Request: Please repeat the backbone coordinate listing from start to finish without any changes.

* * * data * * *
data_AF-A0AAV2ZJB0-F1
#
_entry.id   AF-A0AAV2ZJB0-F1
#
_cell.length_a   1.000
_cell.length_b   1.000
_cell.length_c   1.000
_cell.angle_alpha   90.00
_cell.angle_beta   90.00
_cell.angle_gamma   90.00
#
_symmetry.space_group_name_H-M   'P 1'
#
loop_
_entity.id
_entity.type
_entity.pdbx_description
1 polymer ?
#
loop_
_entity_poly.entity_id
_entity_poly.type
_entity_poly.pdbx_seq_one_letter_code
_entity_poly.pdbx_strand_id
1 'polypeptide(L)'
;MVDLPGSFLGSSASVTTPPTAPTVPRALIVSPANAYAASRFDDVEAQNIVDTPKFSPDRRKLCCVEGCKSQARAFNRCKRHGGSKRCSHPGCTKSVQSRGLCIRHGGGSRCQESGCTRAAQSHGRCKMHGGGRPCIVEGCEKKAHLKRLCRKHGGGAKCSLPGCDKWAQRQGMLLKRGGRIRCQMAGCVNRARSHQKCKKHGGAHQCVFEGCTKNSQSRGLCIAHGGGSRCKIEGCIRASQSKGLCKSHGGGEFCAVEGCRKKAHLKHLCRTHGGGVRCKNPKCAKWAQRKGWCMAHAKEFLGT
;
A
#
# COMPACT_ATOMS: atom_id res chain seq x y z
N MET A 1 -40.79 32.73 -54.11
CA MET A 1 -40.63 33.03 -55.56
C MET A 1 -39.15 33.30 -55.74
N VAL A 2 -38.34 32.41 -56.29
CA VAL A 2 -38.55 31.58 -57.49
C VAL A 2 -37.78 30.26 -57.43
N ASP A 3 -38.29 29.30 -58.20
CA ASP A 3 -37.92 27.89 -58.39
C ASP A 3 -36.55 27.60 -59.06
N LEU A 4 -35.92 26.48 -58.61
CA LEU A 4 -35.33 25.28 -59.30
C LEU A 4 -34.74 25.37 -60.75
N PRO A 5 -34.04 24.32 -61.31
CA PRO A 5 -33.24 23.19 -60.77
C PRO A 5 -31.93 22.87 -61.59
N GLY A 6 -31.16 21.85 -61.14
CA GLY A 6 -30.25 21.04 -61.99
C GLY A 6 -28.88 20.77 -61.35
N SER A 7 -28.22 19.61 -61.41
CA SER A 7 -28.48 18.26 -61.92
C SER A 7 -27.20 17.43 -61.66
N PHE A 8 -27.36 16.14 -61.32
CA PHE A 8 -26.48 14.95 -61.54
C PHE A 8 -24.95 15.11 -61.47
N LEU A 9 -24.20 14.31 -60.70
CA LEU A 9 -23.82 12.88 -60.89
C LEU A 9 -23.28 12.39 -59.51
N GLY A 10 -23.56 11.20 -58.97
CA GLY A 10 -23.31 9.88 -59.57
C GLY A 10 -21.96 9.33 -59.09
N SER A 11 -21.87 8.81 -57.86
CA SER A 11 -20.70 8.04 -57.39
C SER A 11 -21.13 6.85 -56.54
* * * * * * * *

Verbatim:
data_AF-A0AAV2ZJB0-F1
#
_entry.id   AF-A0AAV2ZJB0-F1
#
_cell.length_a   1.000
_cell.length_b   1.000
_cell.length_c   1.000
_cell.angle_alpha   90.00
_cell.angle_beta   90.00
_cell.angle_gamma   90.00
#
_symmetry.space_group_name_H-M   'P 1'
#
loop_
_entity.id
_entity.type
_entity.pdbx_description
1 polymer ?
#
loop_
_entity_poly.entity_id
_entity_poly.type
_entity_poly.pdbx_seq_one_letter_code
_entity_poly.pdbx_strand_id
1 'polypeptide(L)'
;MVDLPGSFLGSSASVTTPPTAPTVPRALIVSPANAYAASRFDDVEAQNIVDTPKFSPDRRKLCCVEGCKSQARAFNRCKRHGGSKRCSHPGCTKSVQSRGLCIRHGGGSRCQESGCTRAAQSHGRCKMHGGGRPCIVEGCEKKAHLKRLCRKHGGGAKCSLPGCDKWAQRQGMLLKRGGRIRCQMAGCVNRARSHQKCKKHGGAHQCVFEGCTKNSQSRGLCIAHGGGSRCKIEGCIRASQSKGLCKSHGGGEFCAVEGCRKKAHLKHLCRTHGGGVRCKNPKCAKWAQRKGWCMAHAKEFLGT
;
A
#
# COMPACT_ATOMS: atom_id res chain seq x y z
N MET A 1 -40.79 32.73 -54.11
CA MET A 1 -40.63 33.03 -55.56
C MET A 1 -39.15 33.30 -55.74
N VAL A 2 -38.34 32.41 -56.29
CA VAL A 2 -38.55 31.58 -57.49
C VAL A 2 -37.78 30.26 -57.43
N ASP A 3 -38.29 29.30 -58.20
CA ASP A 3 -37.92 27.89 -58.39
C ASP A 3 -36.55 27.60 -59.06
N LEU A 4 -35.92 26.48 -58.61
CA LEU A 4 -35.33 25.28 -59.30
C LEU A 4 -34.74 25.37 -60.75
N PRO A 5 -34.04 24.32 -61.31
CA PRO A 5 -33.24 23.19 -60.77
C PRO A 5 -31.93 22.87 -61.59
N GLY A 6 -31.16 21.85 -61.14
CA GLY A 6 -30.25 21.04 -61.99
C GLY A 6 -28.88 20.77 -61.35
N SER A 7 -28.22 19.61 -61.41
CA SER A 7 -28.48 18.26 -61.92
C SER A 7 -27.20 17.43 -61.66
N PHE A 8 -27.36 16.14 -61.32
CA PHE A 8 -26.48 14.95 -61.54
C PHE A 8 -24.95 15.11 -61.47
N LEU A 9 -24.20 14.31 -60.70
CA LEU A 9 -23.82 12.88 -60.89
C LEU A 9 -23.28 12.39 -59.51
N GLY A 10 -23.56 11.20 -58.97
CA GLY A 10 -23.31 9.88 -59.57
C GLY A 10 -21.96 9.33 -59.09
N SER A 11 -21.87 8.81 -57.86
CA SER A 11 -20.70 8.04 -57.39
C SER A 11 -21.13 6.85 -56.54